Sam Anderson arrived in Oklahoma City with a simple magazine assignment: to cover the city’s new (stolen) basketball team, the Thunder. This turned, very quickly, into an obsession. It wasn’t just the team that grabbed him. As Anderson wandered the city’s streets, talking to its citizens, and uncovering its wild history, he became convinced that Oklahoma City was unlike any other place in America—“one of the great weirdo cities of the world,” as he puts it in the book’s prologue, “as strange, in its way, as Venice or Dubai or Versailles or Pyongyang.”
The basketball team, including its star players and its brilliant General Manager Sam Presti, had become intertwined with powerful historical forces at the city’s core: its desperation to be a world-class metropolis, and its constant tug-of-war between order and chaos. The 2012-2013 basketball season was a hinge moment—in trading young superstar James Harden, Presti was gambling that he could harness the city’s chaotic energy through a meticulous Process that would yield a generation of championship teams. But he was betting against the very nature of OKC: the city’s long and idiosyncratic history of hubris, explosive growth, sudden busts, and self-sabotage.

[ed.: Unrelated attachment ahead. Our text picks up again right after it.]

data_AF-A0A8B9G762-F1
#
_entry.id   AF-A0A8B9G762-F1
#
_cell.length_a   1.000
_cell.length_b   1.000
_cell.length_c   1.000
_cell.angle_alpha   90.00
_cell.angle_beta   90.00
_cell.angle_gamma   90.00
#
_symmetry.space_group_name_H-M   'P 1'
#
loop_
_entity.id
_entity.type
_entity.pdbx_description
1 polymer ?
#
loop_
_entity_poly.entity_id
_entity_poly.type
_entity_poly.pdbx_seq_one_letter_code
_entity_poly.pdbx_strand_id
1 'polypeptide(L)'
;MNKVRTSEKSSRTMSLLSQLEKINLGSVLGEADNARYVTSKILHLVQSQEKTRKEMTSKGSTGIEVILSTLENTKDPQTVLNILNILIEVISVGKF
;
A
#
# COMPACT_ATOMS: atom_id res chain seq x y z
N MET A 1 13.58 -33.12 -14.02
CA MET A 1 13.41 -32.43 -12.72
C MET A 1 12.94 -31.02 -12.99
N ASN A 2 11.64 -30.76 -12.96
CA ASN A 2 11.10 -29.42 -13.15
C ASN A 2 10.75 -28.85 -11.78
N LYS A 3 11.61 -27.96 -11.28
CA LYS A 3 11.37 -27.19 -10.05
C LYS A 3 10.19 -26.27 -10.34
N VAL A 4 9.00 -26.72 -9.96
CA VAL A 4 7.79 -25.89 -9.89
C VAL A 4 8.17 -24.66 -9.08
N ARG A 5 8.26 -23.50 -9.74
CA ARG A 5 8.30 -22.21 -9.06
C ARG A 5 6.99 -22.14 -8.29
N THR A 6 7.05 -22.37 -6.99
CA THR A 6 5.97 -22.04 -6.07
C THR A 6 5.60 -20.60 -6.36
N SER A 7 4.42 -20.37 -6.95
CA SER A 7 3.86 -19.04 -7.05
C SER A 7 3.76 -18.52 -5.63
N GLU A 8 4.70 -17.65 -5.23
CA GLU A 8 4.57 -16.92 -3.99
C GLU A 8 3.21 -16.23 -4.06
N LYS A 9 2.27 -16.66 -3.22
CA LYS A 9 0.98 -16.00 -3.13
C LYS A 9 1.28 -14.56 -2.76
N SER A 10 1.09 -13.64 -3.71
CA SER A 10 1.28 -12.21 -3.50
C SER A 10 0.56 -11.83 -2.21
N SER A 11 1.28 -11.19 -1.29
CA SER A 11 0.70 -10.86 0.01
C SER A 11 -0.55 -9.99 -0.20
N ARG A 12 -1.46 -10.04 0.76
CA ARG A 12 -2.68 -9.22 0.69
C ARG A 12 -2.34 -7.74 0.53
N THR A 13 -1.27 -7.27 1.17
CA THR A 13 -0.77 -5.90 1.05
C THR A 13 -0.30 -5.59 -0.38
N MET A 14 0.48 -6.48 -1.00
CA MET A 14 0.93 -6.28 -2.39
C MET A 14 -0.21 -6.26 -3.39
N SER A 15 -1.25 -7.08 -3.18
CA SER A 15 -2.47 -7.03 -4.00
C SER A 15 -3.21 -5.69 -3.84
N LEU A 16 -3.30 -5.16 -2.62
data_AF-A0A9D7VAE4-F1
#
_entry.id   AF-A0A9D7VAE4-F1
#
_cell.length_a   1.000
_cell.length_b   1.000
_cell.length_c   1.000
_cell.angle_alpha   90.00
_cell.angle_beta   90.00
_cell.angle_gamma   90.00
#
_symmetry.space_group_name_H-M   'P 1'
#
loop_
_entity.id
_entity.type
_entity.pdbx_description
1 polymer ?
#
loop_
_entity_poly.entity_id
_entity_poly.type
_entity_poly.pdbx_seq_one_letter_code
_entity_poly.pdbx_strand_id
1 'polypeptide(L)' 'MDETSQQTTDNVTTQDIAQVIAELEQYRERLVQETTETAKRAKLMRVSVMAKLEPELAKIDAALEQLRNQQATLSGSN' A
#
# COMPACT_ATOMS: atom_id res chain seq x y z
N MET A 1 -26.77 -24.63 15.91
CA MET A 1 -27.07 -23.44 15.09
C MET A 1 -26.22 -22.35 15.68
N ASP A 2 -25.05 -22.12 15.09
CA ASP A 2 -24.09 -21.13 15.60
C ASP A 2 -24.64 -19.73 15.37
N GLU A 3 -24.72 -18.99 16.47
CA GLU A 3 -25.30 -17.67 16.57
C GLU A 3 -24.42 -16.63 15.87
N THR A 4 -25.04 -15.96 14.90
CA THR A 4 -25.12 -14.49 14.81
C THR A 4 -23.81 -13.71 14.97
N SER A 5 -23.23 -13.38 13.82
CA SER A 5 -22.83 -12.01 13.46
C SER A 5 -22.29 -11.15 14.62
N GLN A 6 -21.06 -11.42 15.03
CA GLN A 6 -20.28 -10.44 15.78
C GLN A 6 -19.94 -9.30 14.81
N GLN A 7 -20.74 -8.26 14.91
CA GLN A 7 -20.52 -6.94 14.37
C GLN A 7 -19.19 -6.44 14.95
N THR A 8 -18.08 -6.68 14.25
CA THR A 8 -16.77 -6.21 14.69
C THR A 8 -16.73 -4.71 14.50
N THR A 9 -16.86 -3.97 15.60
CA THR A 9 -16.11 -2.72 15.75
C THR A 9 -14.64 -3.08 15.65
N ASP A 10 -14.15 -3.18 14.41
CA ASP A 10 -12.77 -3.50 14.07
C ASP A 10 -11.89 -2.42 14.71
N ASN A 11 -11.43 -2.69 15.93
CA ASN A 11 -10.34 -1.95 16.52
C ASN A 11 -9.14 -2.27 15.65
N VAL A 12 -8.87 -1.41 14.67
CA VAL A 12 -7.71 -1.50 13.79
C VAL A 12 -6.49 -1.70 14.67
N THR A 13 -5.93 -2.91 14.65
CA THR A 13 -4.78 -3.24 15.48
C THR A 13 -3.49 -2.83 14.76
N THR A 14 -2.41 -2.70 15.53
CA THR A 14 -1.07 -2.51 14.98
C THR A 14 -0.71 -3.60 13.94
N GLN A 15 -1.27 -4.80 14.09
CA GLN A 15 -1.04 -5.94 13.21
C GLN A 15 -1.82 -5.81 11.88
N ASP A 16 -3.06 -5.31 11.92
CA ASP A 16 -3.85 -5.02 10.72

BOOM TOWN: The Fantastical Saga of Oklahoma City, its Chaotic Founding, its Apocalyptic Weather, its Purloined Basketball Team, and the Dream of Becoming a World-class Metropolis (Crown; August 21, 2018) is the product of Anderson’s remarkable journalistic instinct and five years delving deep into Oklahoma City in all of its idiosyncratic charm. In its exploration of a singular place, BOOM TOWN shows us a city as a microcosm of the American experiment, where the question of how people live together, come together, and make a collective life refuses an easy answer.